One of them was the Sharps rifle:


The Sharps was designed by a fellow named Christian Sharps–you’re surprised, right? The patent came in 1848, and the rifle in 1851. That’s the same year that the Colt Navy was sold for the first time, by the way, making that a good year.

From the first, it was a large-bore, precision rifle, aimed at hitting targets at long range, whether we’re talking enemy soldiers or large animals. The Sharps was a single-shot, originally in .44 caliber, though .52 became the standard. It was used as a sniper rifle with a Malcolm scope by the sharpshooters under Hiram Berdan’s command,


though the rifles were used on both sides, especially in the shorter carbine version favored by cavalry troopers, including my western character, Henry Dowland.


Unlike most infantry rifles, the Sharps was a breech-loader.


The trigger guard acted as a lever that dropped the breech block, opening the rear of the barrel.


A paper or linen cartridge was then inserted. A Maynard tape primer was installed on many of these, working something like a modern cap gun.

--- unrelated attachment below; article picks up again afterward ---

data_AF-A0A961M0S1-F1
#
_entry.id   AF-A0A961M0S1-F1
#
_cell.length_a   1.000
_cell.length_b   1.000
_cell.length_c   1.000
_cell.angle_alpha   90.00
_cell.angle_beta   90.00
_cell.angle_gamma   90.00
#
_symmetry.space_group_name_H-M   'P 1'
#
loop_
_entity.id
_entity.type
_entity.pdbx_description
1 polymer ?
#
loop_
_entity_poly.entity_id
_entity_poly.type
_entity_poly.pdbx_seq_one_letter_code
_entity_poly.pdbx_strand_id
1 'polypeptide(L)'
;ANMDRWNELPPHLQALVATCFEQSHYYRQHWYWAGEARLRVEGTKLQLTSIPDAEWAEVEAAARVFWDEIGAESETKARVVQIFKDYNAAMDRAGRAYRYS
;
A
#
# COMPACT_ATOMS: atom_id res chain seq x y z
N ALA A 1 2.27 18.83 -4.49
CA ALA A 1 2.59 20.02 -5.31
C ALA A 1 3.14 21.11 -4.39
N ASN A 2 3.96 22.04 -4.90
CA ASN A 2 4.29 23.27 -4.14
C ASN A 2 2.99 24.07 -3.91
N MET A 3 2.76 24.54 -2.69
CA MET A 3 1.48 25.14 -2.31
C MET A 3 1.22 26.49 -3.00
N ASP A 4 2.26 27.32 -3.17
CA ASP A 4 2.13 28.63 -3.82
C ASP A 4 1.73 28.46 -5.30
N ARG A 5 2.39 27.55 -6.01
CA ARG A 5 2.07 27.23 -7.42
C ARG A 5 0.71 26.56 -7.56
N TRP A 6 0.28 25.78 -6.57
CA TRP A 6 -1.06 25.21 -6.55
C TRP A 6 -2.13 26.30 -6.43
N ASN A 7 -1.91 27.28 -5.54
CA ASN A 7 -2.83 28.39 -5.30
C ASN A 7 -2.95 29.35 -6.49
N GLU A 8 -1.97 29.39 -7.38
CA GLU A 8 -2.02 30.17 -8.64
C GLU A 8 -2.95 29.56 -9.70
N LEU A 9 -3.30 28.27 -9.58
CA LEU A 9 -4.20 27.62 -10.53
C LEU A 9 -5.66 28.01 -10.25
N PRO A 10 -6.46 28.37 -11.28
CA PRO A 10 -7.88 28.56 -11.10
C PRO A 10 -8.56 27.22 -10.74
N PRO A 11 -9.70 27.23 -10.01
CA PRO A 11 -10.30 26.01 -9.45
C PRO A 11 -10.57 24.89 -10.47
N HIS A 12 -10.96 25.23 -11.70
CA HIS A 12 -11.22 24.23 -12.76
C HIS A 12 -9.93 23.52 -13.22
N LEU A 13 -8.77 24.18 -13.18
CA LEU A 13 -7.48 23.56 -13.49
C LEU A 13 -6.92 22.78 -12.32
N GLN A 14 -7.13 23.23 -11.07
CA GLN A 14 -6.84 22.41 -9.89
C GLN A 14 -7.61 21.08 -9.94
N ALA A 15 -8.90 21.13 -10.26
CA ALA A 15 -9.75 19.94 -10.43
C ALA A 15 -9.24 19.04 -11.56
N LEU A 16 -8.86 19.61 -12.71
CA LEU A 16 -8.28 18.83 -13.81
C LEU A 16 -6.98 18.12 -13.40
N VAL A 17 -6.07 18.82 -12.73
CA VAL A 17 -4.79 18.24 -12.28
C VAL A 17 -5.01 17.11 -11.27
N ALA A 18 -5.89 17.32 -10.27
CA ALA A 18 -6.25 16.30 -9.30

Closing the action cut the rear end of the cartridge to expose the powder inside. These rifles were often converted after the Civil War to .50-70 or .50-90 metallic cartridges–that means .50 caliber and seventy or ninety grains of black powder shoving along a bullet of some 400 or 500 grains at around 1,400 feet per second, an ounce of lead chugging along at a good rate.


As such, they were the classic buffalo gun. The accuracy potential of the rifle was enhanced with tang sights,


and a set trigger on some models. Squeezing the rear trigger set the front trigger to a lightweight pull, necessitating less effort and thus less disturbance of the aim in firing.